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Are we fiddling while ‘Rome’ burns?


I happened to have been away at that frightening time when the country bore witness to eight murders and incidents of wounding. It appears to have a much more chilling effect on you when you are not around, but get updates on the horrors. We often go through periods of quiet, then news of one murder spirals others. They come not in single, but multiple doses. As alarm grows, there is much praying and the churches become more visible. But what does it all mean?  A statement by the Seventh-Day Adventists called upon everyone “to halt the spate of assaults and stop the spike of criminality in our country.” Maybe it is necessary to say something and of course, there were other issues raised in the statement. But what does calling on persons to halt the spate of assaults mean? For one, those so inclined are unlikely to be reading that statement or to be influenced by it. We have all been calling on the Church to be one of the principal actors, but this must be on-going, touching especially the young in ways that reach them.

Prayer is important, but is not by itself the answer. God provided us with a mind and with certain tools to be used for the betterment of our society. These we squander and often use for ill-gotten gains. The approach to confronting the evil forces that have taken hold of our society must be multifaceted, involving bringing everyone on board. Moreover, we should be prepared to be in it for the long haul, while seeking in the short term to start nipping this monster before it completely overpowers us.

As we confront the beast, we will realize that our other problems will not automatically disappear, for they feed on each other. Getting together as a nation on this matter might provide the space and opportunity to begin to address others. The Searchlight, in its Midweek editorial, reminds us that “for long-term effectiveness in reducing crime, we must consider and deal with economic, social, psychological, cultural and other factors”. The Vincentian goes further and makes a bold call for a non-partisan national response that will involve having the Opposition on board. But while we focus on the long term, the short -term situation must be addressed and here is where the first responders are critical. Relevant authorities within the police service have indicated that they are unable to provide information on the details of their in-house workings, for fear of alerting the criminals and potential criminals. It is necessary, however, for them to look at their crime fighting apparatus, the way it is organized and functions. It is our hope that the police establishment will adequately prepare itself to handle the challenges facing us.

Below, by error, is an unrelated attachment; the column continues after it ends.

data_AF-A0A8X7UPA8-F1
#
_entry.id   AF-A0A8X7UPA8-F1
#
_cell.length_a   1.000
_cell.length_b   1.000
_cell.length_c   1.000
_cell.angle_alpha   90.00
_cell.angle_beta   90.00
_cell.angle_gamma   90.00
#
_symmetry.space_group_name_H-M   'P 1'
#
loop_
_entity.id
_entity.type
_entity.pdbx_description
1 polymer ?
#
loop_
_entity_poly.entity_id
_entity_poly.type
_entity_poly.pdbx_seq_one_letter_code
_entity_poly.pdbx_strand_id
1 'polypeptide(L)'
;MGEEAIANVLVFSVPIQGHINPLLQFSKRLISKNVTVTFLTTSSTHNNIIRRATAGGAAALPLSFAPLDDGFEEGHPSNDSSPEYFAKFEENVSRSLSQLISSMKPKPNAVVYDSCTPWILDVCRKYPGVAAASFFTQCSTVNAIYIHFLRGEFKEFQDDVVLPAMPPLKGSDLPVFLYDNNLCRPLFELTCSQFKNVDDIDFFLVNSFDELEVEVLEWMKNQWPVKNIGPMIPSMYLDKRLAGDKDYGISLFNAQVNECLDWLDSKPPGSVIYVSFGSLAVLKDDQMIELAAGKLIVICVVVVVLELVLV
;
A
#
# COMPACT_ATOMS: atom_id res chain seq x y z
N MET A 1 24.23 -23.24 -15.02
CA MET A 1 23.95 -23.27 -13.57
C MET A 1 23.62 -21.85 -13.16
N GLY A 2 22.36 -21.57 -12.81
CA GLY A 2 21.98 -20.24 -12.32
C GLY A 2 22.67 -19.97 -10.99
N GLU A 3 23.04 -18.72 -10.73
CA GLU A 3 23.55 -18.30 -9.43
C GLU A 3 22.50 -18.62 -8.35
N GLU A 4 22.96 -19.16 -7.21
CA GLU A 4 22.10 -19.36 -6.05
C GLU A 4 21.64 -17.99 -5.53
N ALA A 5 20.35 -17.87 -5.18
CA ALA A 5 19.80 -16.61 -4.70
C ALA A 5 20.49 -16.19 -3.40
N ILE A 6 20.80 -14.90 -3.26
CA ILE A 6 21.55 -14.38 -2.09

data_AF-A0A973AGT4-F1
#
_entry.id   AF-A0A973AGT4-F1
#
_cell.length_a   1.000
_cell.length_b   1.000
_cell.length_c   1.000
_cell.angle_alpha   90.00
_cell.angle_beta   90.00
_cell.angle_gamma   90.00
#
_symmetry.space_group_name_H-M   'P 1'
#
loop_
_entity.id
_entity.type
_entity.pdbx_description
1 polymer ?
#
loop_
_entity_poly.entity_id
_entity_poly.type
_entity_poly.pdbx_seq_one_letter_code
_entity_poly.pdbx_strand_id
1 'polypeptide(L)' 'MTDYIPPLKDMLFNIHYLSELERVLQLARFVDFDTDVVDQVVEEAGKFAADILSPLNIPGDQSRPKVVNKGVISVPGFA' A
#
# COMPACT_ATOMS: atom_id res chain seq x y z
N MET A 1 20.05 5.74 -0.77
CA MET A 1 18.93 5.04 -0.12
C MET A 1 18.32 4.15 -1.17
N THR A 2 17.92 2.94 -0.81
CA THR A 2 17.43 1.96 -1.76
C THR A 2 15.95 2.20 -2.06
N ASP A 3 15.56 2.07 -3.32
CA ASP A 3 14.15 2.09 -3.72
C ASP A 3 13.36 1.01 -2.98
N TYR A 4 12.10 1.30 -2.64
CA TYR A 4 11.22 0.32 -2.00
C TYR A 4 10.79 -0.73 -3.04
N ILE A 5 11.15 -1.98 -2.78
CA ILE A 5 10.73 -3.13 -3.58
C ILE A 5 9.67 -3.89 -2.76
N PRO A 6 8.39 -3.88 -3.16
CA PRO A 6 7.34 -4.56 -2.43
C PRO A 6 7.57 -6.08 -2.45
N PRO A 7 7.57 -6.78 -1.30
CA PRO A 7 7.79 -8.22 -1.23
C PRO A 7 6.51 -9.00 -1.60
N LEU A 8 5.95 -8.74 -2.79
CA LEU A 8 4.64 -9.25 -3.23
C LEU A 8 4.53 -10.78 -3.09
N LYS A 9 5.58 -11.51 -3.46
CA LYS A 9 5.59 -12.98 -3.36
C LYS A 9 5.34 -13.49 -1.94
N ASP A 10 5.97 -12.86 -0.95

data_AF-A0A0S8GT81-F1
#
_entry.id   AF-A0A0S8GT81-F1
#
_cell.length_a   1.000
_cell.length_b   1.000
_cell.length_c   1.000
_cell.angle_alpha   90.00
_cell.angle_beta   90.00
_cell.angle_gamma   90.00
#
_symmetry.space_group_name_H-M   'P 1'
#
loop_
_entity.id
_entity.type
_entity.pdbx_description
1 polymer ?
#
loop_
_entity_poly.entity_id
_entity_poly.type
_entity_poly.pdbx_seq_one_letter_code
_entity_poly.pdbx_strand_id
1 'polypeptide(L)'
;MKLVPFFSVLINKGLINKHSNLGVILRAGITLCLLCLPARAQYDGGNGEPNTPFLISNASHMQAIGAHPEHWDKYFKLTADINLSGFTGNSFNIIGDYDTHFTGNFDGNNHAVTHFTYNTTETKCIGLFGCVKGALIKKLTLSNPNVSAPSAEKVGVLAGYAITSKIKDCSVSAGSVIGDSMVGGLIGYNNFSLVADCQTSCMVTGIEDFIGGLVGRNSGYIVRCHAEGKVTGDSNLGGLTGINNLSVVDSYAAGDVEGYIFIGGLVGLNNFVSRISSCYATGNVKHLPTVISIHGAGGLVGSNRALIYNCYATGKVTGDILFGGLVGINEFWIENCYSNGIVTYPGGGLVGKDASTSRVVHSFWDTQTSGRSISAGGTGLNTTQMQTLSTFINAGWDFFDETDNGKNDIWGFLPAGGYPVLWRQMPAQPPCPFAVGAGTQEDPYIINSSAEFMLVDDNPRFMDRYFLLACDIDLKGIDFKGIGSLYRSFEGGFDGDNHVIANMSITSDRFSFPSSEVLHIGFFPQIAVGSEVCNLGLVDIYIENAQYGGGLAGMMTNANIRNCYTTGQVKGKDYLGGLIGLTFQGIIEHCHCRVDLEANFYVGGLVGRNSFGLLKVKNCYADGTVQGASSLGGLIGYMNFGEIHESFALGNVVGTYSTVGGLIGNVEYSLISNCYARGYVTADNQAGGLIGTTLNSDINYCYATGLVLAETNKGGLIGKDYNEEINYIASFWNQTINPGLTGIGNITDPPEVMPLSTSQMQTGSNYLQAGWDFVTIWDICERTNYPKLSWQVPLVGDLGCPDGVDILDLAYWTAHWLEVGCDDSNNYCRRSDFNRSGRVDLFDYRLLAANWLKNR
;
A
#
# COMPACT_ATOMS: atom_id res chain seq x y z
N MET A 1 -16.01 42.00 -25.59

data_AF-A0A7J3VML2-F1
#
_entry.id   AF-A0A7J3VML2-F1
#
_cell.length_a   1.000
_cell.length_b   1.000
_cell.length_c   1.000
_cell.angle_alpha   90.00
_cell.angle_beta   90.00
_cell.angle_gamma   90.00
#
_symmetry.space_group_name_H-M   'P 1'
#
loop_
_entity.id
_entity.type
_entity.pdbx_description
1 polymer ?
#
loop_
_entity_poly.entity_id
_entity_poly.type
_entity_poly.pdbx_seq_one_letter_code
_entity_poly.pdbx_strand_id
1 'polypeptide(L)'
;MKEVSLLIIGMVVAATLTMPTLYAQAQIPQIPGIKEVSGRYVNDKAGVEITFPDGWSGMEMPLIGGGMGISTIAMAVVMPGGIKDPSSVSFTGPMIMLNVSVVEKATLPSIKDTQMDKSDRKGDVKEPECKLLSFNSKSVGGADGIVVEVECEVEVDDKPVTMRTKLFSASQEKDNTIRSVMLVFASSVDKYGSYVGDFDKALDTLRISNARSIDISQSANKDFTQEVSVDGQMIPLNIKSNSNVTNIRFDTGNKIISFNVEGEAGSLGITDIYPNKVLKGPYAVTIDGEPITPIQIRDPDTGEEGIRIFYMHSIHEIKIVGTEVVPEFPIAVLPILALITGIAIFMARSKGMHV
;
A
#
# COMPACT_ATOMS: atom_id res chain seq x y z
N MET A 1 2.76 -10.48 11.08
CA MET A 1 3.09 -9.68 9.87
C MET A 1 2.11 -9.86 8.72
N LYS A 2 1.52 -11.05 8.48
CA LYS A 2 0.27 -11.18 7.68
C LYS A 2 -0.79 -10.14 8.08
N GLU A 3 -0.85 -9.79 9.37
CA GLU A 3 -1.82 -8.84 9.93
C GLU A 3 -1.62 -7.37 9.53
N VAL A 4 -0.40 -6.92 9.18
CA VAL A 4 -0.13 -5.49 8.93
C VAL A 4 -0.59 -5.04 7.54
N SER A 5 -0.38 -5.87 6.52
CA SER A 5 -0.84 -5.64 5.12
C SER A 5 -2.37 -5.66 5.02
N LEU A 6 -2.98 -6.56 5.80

We are into the month of our Independence anniversary. As I write, I hear of another murder, the second for the month. I have always said that this is a month when we need to reflect on where we are going. The approach must be holistic, with everything being brought under scrutiny.  Crime, violence, and disorder impact on our development efforts and will destroy the environment that is so critical. On these occasions we applaud ourselves as we dress in national colours and profess patriotism. Let our period of Independence be one in which we provide a searching analysis of who we really are and where we are going. To highlight our cultural achievement in the real way culture should be understood must take account of all these sordid developments. Culture, after all, is more than song and dance. But our effort must be a national one. We cannot continue to fiddle, while ‘Rome’ burns.   

Dr Adrian Fraser is a social commentator and historian